Egyptian diplomatic sources revealed that Cairo started almost a month ago moves to stop the agreement between Saudi Arabia and Djibouti to build a Saudi military base at the entrances of the Gulf of Aden.
Cairo completely rejects this agreement based on the facts that these areas lie in what is considered ‘Egyptian diplomatic influence’, and fall within Egypt’s national security zone as an Egyptian strategic depth in the far south, according to sources.
The sources said, “Egypt is worried about a Saudi-Moroccan expansion toward this particular region, particularly after King of Morocco Mohammed VI tour in a number of countries last month, notably Ethiopia which came in parallel with Saudi contacts with Djibouti to establish the Saudi military base on its territory.
The sources added that the Egyptian political leadership understands the Saudi move because of Djibouti’s strategic location on the Red Sea at the Gulf of Aden, which comes to increase the pressure cards in the light of the conflict with Iran, particularly in the war led by Riyadh against the Houthis in Yemen.
However, the source continued, this move contradicts the common rules and norms pervading among the Arab countries that those areas lie within the Egyptian diplomatic and strategic influence zones because of its direct impact on the water issue, the Nile Basin and the Suez Canal corridor.
The sources pointed out that if Saudi Arabia wanted to secure these areas and ensure that it won’t fall under the Iranian control, there is a quite understanding from Egypt of this issue, but it must be made with Egypt’s participation, presence, and supervision.
It is noteworthy that Egyptian-Saudi tension has risen recently as a result of Egypt’s divergent stances in sensitive issues to Riyadh.
Egypt has voted in favor of a Russian-backed draft resolution in the UN Security Council on Syria, which was opposed by Saudi Arabia, which angered Egypt’s major Gulf backer so much that it described Egypt’s vote as a “painful” stance.
After the voting, the Saudi ambassador to the UN, Abduallah al-Mouallimi said, “It was painful that the Senegalese and Malaysian stance was closer to the Arab’s consensus than the Egyptian delegation.” He also said that he feels pity for these countries that voted for the Russian resolution, stressing that his country will continue backing the Syrian people by all means.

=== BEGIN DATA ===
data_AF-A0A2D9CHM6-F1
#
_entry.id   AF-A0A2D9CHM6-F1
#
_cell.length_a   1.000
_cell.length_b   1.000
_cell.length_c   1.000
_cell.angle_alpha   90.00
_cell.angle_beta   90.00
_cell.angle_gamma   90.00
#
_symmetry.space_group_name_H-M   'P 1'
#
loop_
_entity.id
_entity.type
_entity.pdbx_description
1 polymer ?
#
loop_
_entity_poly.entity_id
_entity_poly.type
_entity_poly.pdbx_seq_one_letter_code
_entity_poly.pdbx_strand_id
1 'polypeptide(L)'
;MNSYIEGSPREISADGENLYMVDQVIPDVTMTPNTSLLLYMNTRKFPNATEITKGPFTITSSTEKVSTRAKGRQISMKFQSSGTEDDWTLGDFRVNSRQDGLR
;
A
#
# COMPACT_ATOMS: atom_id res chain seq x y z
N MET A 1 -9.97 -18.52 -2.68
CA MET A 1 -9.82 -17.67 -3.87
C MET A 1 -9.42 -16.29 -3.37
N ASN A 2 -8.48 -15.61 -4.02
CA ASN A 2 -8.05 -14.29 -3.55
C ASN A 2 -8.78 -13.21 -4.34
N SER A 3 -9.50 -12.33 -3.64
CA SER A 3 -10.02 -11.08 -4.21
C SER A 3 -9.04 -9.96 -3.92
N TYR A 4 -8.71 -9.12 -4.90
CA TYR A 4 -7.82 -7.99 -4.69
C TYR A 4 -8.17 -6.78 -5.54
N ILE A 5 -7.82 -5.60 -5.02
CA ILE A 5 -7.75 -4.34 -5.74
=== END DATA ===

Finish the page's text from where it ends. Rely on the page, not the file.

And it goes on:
Two days following the voting, Saudi state-owned oil company Aramco announced halting oil product supply to Egypt.
There were several mediating efforts to reconcile between both countries, but no indications for reconciliation appear on the horizon.
It was obvious that King Salman arrived in UAE hours after the departure of Egypt’s Abdel Fattah Al-Sisi.
The Egyptian media platforms expected before Abdel Fattah Al-Sisi traveled to the UAE that there would be a summit organized by the UAE between King Salman and Al-Sisi to put an end to the differences between the two sides, which, to their disappointment, did not happen.
Accordingly, it seems that the Saudi side is sticking to its position, especially after Abdel Fattah Al-Sisi has recently announced his support to Bashar Al Assad’s army in the Syrian conflict in his interview during his official visit to Portugal.
It also seems that media reports about Egypt’s movement to stop the establishment of a Saudi military base in Djibouti will intensify the tension between the two countries.
On the other side, Djibouti Foreign Minister Mahmoud Ali Youssef said that his country welcomed a Saudi military presence on its territory, adding that, “An exploratory visit was held by Saudi military officers to some areas in Djibouti that will host the Saudi military presence.”
He said, “Of course we agreed in principle, and we expect that we will sign this agreement in the near future.”
Djibouti foreign minister also stressed that “Djibouti felt from the beginning that cooperation with Iran would lead to much confusion , so we withdrew gradually.”
He added, “Once the attack on Yemen’s legitimacy and the Arab interests occurred, Djibouti decided to sever its relations with Tehran.”
Countries around the world race to establish military bases in Djibouti, because of its strategic geographical location as it lies on the western coast of Bab el-Mandeb Strait, linking the Red Sea and the Arabian Sea.
In this context, both the Kingdom of Saudi Arabia and China sought to enter the race in Djibouti which hosts bases for the United States of America, France, Italy, and Japan.
Renting military bases is considered one of the most important sources of revenues for Djibouti as it gains almost $ 160 million a year.
Saudi Arabia has been steadily improving its relations with African countries. One of its major recent achievements was the improving of relations with Sudan, one of the continent’s largest countries, that was for a long time an Iranian ally.